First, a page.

Wednesday 21 March 2018

Steven Reid: We need to beat Poland to qualify and not sneak in via the side door

Northern Ireland manager Michael O'Neill gets thrown in the air by his players during the celebrations after the game
Northern Ireland manager Michael O'Neill gets thrown in the air by his players during the celebrations after the game
Steven Reid

Steven Reid

As soon as he was appointed, I thought O'Neill would guide Ireland to the European Championships. And they have - Michael O'Neill and Northern Ireland that is.

As for Martin and the Republic, it can happen for them too. There have been so many lifelines already - that last-minute winner in Georgia, those late equalisers against Germany and Poland, those Scotland defeats last month. It seemed over in June. Yet it wasn't. We're still alive.

And now we need to do something this weekend that you would have taken when this draw was made. We need to smash down the door to qualify, not to sneak in via the side door.

And it'll suit us. Win and we're through. The play-offs seemed like a nice idea yesterday lunchtime but check our record in previous play-offs. Unless we get an easy draw - Iran in 2001, Estonia in 2011 - we lose. And believe me, there are some tough teams waiting in the play-offs.

So give me Sunday's scenario. Give me Poland and a win to guarantee that we get through. Give me a reason to get excited because whether we like it or not, this had been a dour campaign. Until the 70th minute of last night's match, that is. Until then there just has not been enough to get the fans buzzing.

Think back to history, to the wins over Spain in 1965, Czechoslovakia in 1967, France in 1972, 1978, 1981, Holland in 1980, 2001, Croatia, Yugoslavia, England, Italy, Spain, the USSR (twice), Scotland in '87, Portugal in '95. What did those wins do? It got the fans behind the team. It gave them something to shout about, something to talk about in work, some hope to cling to.

We needed it to happen again. This era of Irish footballers needed to have their Jason McAteer, Ray Houghton or Packie Bonner moment. And Shane Long gave it to them.

He is this generation what Don Givens was to the 1970s, Frank Stapleton to the 1980s, Paul McGrath to the '90s, Roy Keane, McAteer and Robbie Keane to the noughties.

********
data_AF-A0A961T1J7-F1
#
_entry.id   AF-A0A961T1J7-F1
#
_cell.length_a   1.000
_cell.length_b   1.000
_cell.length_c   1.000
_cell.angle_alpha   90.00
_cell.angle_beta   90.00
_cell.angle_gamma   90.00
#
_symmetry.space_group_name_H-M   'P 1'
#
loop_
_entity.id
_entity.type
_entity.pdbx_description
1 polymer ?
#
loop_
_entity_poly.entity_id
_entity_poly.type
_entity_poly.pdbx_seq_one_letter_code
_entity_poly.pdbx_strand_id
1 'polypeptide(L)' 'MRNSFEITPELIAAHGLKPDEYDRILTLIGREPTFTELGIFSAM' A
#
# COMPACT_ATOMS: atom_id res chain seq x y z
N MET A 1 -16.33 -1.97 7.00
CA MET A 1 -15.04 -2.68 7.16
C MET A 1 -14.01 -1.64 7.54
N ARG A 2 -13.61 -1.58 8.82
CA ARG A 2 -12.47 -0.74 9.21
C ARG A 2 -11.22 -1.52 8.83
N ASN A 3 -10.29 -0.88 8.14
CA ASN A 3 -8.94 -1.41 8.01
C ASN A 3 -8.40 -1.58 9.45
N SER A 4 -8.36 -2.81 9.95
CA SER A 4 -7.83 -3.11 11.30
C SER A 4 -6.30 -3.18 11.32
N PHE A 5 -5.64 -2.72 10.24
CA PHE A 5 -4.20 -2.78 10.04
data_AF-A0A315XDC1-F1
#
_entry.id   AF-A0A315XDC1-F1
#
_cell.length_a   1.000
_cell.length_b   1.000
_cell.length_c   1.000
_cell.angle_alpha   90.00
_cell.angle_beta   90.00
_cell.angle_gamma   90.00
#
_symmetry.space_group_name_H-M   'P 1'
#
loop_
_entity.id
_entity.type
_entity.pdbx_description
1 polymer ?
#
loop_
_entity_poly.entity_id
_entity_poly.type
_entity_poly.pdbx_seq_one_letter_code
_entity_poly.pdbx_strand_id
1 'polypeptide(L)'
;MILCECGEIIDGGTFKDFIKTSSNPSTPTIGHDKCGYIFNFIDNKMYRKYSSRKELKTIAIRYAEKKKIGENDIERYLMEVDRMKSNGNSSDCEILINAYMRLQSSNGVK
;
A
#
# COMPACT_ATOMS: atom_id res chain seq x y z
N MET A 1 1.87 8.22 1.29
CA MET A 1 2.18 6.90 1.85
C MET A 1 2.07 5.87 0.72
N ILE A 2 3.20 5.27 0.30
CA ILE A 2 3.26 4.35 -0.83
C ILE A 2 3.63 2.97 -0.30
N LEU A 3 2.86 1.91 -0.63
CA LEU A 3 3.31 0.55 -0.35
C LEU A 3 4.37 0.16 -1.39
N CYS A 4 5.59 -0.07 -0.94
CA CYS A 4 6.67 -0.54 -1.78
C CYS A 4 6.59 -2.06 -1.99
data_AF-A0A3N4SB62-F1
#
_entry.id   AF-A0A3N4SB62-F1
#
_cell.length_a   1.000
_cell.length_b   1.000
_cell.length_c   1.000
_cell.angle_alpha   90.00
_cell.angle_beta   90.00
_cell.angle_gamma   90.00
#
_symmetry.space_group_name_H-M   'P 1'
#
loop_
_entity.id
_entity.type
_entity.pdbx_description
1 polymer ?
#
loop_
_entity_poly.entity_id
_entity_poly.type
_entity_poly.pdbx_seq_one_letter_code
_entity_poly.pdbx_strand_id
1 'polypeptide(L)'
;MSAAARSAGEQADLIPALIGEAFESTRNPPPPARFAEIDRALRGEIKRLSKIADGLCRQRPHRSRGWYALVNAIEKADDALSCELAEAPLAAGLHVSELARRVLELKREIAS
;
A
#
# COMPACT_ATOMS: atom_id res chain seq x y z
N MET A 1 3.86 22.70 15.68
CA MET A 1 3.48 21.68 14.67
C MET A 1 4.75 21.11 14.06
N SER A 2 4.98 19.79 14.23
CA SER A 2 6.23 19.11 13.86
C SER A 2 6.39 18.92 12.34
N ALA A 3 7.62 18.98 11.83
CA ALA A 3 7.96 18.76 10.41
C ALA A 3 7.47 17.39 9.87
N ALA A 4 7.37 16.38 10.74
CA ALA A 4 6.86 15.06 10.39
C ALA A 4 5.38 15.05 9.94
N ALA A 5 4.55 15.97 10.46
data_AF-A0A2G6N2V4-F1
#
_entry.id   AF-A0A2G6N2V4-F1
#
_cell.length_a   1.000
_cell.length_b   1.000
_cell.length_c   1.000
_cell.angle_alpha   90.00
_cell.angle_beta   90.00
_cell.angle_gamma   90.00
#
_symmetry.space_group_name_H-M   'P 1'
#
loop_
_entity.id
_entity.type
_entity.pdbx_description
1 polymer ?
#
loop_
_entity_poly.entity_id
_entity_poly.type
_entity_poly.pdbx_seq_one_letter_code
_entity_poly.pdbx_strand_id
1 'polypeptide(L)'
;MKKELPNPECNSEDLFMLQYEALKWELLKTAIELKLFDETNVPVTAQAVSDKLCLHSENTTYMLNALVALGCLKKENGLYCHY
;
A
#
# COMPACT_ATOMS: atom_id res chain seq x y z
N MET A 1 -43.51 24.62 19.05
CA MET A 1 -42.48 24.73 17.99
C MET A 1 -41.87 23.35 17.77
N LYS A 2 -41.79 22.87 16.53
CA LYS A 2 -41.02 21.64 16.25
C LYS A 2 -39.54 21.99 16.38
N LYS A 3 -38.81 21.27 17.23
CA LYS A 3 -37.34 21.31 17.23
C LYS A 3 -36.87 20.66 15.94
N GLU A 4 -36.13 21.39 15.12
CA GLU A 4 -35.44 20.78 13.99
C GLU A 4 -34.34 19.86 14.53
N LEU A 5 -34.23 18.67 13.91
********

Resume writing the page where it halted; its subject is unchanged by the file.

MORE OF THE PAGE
And I'm thrilled for Shane because he is a selfless player who I would have started but who, I must admit, was held back for a reason. O'Neill wanted him fresh, wanted those lung-bursting runs to cause havoc in the German defence. And he did. His goal was magnificent, not just in its execution but also its timing.

Can he do it again this Sunday? I hope so. Do I think so? Yes. Poland are slightly overrated and that game reminds me of Paris in 2009, a game where no one gives us a chance and where if we just have a go, we could surprise ourselves as well as them.

Shane Long

This goal will be remembered for a Long time. A cracking finish to give the Republic of Ireland a famous victory over Germany.

Posted by RTÉ Soccer on Thursday, October 8, 2015

That was what happened last night. Sure, it wasn't pretty on the eye but from a tactical perspective, O'Neill was clever. Germany effectively instruct their full-backs to become wingers.

That they can do so is down to their absolute belief that they can dominate possession and also to the fact their goalkeeper, Manuel Neuer, doubles up as a sweeper. If you have a goalkeeper who can pass the ball as accurately as Neuer, you become a different team.

Your defenders don't have to sit so deeply, your full-backs can hog the sideline and push higher up the pitch, your starting point for attacks can be from the halfway line, rather than from the edge of your penalty area.

This is why I was impressed by O'Neill's conservative tactics. If you face a team who dominate possession, you are left with a Catch 22 scenario. Press high up the pitch and you leave yourself exposed at the back. Hang back and you leave yourself open to being dominated in terms of possession.

That is what Germany did. They teased. They tormented. They set up with a 4-2-3-1 formation and crowded out Wes Hoolahan whenever he had the ball. They got a lucky break - Shay Given's departure - but they just couldn't handle Long's pace.

Every tactical system has its flaw. If you attack too high up the pitch, you can be hit with angled passes. You leave space in behind. And Long exploited it. His run was perfect, his finish was equally as impressive. I would have had him in for the start. Martin preferred to have him as a sub. He played the Long game. And he was vindicated for doing so.

So what happens now?

Glenn Whelan comes back. So too Seamus Coleman. And you have to play them. You have to play Long too.

You have to appreciate that this game will have drained the guys, physically and mentally. You need fresh legs.

And the beauty of O'Neill's rotational policy throughout this campaign is that they are used to players coming in cold and performing. Think of Darren Randolph last night. He was brilliant. So was Stephen Ward. So was Long. What a night. It was like Holland all over again.

Irish Independent

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